Morris Island Lighthouse Eco-Tour
November was rearing its ugly head this morning as we took off for our Morris Island Lighthouse Eco-Tour, given by Charleston Outdoor Adventures (COA). The wind was brisk and the sun was nowhere to be found. We kept telling ourselves it had to be better than home, so just go with it. I suppose things could be worse – it could be raining. Conditions improved slightly as the day progressed – especially as we began our return from the island.
If you’re wondering “Just what is an Eco-tour?” – here is one answer: “With an emphasis on enriching personal experiences and environmental awareness through interpretation, ecotourism promotes greater understanding and appreciation for nature, local society, and culture.”
Here is another: “Ecotourism is about uniting conservation, communities and sustainable travel. This means that ecotourism activities should: A) Minimize physical, social, behavioral and psychological impacts and B) Build environmental and cultural awareness and respect.” – There are more, so click on the link to READ MORE about Ecotourism
As we pulled away from the dock, I’d like to think this plethora of pelicans (and other birds) were bidding us farewell, but since we weren’t in the kind of boat that returns with snacks for any of them, they couldn’t have cared less about us. And, I suppose that’s a good thing, since one of the goals of our eco-tour is to avoid disturbing the wildlife while we are checking out their habitat.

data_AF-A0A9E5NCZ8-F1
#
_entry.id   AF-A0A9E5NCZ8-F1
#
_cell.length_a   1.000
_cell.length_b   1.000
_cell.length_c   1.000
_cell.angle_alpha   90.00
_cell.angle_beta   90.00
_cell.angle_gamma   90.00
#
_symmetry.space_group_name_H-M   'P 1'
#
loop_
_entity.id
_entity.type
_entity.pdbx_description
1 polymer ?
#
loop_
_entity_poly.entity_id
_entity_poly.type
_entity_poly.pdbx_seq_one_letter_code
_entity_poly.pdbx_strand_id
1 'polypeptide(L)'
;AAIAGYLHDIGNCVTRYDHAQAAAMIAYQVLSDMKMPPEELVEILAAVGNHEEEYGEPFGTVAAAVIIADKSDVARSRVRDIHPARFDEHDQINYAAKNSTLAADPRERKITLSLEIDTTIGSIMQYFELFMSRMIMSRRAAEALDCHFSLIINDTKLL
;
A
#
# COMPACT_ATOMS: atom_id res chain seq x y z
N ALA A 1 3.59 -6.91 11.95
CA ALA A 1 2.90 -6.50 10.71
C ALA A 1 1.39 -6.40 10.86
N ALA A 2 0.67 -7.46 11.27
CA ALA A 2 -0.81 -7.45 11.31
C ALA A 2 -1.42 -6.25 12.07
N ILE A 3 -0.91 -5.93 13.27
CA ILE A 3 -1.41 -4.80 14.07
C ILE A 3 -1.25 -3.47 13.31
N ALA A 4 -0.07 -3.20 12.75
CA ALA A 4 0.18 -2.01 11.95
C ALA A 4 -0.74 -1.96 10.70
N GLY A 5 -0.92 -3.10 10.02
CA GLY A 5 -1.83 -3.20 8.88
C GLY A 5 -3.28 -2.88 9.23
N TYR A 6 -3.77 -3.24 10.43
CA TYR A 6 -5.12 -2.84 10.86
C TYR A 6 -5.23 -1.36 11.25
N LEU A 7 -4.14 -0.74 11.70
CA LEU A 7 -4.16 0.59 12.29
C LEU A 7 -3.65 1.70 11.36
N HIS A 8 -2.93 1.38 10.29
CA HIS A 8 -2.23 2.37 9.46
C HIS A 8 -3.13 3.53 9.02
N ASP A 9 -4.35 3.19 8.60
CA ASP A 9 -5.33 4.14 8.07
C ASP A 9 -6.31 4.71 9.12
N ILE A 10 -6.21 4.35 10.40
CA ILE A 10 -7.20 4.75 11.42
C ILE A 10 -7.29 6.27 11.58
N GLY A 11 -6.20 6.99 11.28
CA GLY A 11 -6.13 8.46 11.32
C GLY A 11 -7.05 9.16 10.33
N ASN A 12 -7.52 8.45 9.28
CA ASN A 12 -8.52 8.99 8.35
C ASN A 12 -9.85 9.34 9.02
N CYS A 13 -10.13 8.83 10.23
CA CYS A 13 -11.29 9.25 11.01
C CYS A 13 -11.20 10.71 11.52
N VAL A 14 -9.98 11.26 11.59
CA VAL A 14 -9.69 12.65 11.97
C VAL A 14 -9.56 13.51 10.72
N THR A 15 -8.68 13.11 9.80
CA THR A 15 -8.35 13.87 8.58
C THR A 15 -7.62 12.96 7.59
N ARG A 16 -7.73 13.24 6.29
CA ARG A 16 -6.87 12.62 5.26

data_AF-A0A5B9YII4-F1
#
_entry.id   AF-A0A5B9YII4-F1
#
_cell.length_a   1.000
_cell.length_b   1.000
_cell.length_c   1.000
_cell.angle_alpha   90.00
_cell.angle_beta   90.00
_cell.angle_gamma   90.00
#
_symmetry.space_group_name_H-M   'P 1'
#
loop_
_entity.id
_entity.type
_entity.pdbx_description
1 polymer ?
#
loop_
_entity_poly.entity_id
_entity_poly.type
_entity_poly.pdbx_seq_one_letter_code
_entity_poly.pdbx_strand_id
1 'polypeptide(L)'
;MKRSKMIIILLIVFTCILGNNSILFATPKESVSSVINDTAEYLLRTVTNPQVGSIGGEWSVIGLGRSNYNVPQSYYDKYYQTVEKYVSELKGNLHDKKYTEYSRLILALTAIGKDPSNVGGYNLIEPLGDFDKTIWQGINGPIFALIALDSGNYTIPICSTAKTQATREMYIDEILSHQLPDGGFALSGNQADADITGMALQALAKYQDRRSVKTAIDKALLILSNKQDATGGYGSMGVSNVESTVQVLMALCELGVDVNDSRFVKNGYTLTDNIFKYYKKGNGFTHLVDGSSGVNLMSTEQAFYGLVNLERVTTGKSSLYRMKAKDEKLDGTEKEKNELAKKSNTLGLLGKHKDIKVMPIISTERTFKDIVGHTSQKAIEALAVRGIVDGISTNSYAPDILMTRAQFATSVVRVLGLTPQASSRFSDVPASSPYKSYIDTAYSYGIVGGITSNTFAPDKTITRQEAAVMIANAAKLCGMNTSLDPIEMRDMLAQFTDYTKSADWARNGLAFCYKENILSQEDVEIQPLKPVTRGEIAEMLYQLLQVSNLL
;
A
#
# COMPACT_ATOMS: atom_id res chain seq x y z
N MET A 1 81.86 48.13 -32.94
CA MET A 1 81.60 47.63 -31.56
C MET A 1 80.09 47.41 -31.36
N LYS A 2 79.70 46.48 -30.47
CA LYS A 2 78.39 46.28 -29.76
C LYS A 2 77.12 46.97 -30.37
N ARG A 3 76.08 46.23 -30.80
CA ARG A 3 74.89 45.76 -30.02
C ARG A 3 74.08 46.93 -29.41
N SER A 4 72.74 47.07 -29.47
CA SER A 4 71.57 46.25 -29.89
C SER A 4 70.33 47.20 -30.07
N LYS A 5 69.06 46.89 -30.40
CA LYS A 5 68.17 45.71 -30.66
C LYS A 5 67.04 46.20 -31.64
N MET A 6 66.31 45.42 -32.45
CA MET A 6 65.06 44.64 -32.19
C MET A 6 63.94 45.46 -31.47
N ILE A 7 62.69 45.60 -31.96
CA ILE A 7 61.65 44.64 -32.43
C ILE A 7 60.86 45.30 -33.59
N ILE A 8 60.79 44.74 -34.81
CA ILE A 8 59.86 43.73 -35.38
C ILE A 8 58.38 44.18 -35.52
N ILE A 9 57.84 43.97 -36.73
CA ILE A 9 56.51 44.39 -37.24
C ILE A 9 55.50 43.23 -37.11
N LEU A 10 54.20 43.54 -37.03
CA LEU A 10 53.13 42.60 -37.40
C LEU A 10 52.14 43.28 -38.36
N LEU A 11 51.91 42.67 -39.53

Today was the only day that this tour was offered during our early November visit. There were many other tours, as well as a Dolphin Tour offered the other days – which sounded tempting – but we love lighthouses. As it turned out, we saw plenty of dolphins anyway!
As you may have already discovered, dolphins are very hard to photograph. It’s not like they jump out of the water like whales. This gray day didn’t help matters, since there wasn’t much contrast between the water and the dolphins. I cut this photo from a video, which seemed to be the only way to catch them at all. We hung around this spot, with our boat bobbing in the water for probably 15-20 minutes while dolphins swam all around us. It was the highlight of my day!
If you take a look at the top photo again, you may assume that the lighthouse is ON the island and that you can get a closer look or maybe even go inside. As you get closer, it’s obvious that the waters of Charleston Harbor have washed away the land around the lighthouse, leaving it unaccessible – unless you want to go for a swim.
“The lighthouse is unusual in that it now stands several hundred feet offshore. When constructed in 1876 the light was approximately 1,200 feet (370 m) from the water’s edge. However, the construction in 1889 of the jetties which protect the shipping lanes leading to Charleston Harbor altered ocean currents, resulting in the rapid erosion of Morris Island and the destruction of many structures and historical sites (such as Fort Wagner). By 1938 the shoreline had reached the lighthouse, forcing its automation as it was no longer safe or practical to keep it manned. In 1962 the Morris Island Light was decommissioned and replaced by the new Charleston Light, located on Sullivan’s Island at the north end of the harbor.” – READ MORE about Morris Island Light